EventBus Proxy generation
Java JavaScript

README.md

Service Proxies

Build Status

The documentation is available here.

Many Vert.x applications include various services which do useful things and often can be reused from one application to another. An example would be a database service.

Usually those services run in their own verticle and interact with other verticles by receiving and sending messages, e.g.

// Assume database service is already deployed somewhere....

// Save some data in the database

JsonObject message = new JsonObject();
message.putString("collection", "mycollection");
message.putObject("document", new JsonObject().putString("name", "tim"));
DeliveryOptions options = new DeliveryOptions().addHeader("action", "save");
vertx.eventBus().send("database-service-address", message, options, res2 -> {
    if (res2.succeeded()) {
        // done
    }
}

When creating a service there's a certain amount of boiler-plate code to listen on the eventbus for incoming messages, route them to the appropriate method and return results on the event bus.

With Vert.x service proxies, you can avoid writing all that boiler-plate code and concentrate on writing your service.

You write your service as a Java interface and annotate it with the @ProxyGen annotation, for example:

@ProxyGen
public interface SomeDatabaseService {

    // A couple of factory methods to create an instance and a proxy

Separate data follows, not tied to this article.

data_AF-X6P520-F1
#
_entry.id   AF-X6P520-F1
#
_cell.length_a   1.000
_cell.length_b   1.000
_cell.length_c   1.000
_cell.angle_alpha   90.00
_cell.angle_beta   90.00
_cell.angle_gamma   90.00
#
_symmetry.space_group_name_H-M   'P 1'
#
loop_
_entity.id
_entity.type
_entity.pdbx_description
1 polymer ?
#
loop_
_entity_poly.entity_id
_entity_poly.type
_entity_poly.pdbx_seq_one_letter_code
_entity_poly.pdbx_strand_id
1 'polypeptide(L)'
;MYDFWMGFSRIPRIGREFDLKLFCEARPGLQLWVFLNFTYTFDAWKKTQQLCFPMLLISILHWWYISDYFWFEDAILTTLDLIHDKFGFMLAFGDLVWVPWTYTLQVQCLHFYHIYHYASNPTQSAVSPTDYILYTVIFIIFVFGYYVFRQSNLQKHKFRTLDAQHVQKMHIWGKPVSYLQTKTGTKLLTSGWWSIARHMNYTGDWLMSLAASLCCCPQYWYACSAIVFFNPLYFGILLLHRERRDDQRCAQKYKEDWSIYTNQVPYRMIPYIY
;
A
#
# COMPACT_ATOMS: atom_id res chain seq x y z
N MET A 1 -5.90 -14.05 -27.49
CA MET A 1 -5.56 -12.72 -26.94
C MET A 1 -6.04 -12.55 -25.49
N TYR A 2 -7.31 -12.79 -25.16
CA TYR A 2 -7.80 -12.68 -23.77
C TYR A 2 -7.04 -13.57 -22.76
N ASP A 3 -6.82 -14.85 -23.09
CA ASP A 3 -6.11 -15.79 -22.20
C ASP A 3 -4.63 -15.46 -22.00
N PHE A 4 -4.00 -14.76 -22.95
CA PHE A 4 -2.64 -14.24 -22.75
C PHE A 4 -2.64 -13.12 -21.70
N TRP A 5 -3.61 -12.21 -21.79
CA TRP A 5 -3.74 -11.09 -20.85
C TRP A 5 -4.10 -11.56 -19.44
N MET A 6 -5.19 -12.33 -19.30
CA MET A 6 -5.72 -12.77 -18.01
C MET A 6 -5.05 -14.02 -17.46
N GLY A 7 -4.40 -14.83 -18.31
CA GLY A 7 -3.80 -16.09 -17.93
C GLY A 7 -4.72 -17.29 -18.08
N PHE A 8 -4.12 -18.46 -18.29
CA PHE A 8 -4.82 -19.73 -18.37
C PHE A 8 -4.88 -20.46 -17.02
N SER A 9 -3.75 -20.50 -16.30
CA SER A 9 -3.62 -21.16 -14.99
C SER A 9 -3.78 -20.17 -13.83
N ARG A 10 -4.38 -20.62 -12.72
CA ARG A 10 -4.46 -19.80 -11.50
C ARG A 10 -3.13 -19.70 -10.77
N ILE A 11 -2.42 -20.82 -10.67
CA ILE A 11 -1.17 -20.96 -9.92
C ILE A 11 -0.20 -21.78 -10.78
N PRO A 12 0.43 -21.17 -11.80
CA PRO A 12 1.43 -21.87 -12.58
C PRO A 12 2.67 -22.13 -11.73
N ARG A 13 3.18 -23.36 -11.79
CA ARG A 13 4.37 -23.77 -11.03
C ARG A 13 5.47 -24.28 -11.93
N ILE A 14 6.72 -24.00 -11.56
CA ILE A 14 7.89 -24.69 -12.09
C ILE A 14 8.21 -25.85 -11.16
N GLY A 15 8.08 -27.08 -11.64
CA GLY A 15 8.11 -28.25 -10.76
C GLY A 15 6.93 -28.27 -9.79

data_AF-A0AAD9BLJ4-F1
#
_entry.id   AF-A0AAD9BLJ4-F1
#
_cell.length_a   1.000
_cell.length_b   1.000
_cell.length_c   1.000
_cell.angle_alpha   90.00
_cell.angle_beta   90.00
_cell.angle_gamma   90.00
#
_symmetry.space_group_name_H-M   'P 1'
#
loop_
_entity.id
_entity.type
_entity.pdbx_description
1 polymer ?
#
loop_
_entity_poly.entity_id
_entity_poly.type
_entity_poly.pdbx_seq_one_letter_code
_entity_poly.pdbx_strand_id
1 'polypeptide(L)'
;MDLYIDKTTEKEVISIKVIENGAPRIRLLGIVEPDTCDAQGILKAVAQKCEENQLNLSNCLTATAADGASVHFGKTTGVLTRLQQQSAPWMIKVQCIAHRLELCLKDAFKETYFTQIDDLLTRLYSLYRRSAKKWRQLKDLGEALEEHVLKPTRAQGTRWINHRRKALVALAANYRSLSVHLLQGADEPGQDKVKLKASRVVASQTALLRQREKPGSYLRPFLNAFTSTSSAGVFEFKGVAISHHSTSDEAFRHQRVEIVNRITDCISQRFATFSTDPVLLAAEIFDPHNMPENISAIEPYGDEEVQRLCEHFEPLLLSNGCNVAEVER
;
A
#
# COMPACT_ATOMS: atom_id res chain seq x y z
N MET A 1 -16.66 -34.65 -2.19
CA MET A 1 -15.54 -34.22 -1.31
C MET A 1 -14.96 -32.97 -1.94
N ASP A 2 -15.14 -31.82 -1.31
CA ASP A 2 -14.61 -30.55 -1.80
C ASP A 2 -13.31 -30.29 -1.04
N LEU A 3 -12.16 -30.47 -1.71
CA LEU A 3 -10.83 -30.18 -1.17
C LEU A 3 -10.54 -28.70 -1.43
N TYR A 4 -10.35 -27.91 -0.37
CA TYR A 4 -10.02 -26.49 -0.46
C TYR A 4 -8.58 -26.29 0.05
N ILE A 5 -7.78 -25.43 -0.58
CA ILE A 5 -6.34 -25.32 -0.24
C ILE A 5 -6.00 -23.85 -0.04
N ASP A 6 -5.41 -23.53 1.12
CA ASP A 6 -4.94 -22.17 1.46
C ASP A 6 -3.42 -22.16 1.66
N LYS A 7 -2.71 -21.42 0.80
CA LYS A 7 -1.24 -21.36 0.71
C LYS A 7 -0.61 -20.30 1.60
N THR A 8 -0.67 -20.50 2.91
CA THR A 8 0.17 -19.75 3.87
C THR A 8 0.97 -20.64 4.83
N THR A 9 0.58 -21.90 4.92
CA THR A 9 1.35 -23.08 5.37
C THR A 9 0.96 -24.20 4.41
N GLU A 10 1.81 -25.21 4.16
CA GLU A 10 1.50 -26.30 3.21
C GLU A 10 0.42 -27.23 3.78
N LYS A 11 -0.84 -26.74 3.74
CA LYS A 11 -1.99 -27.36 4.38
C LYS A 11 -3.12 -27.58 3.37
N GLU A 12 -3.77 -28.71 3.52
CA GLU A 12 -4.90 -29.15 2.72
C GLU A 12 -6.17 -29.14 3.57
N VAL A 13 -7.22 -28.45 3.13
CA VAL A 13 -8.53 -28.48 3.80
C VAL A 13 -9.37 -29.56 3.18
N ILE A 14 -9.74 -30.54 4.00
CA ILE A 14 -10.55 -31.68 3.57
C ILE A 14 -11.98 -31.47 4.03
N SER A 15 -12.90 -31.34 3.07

static SomeDatabaseService create(Vertx vertx) {
       return new SomeDatabaseServiceImpl(vertx);
    }

    static SomeDatabaseService createProxy(Vertx vertx, String address) {
      return new SomeDatabaseServiceVertxEBProxy(vertx, address);
    }

    // Actual service operations here...

    void save(String collection, JsonObject document, Handler<AsyncResult<Void>> resultHandler);
}

Given the interface, Vert.x will generate all the boiler-plate required to access your service over the event bus, and it will also generate a client side proxy for your service, so your clients can use a rich idiomatic API for your service instead of having to manually craft event bus messages to send. The client side proxy will work irrespective of where your service actually lives on the event bus (potentially on a different machine).

That means you can interact with your service like this:

// Assume database service is already deployed somewhere....

// Create a proxy
SomeDatabaseService service = SomeDatabaseService.createProxy(vertx, "database-service-address");

// Save some data in the database - this time using the proxy
service.save("mycollection", new JsonObject().putString("name", "tim"), res2 -> {
    if (res2.succeeded()) {
        // done
    }
});                

The documentation is available here.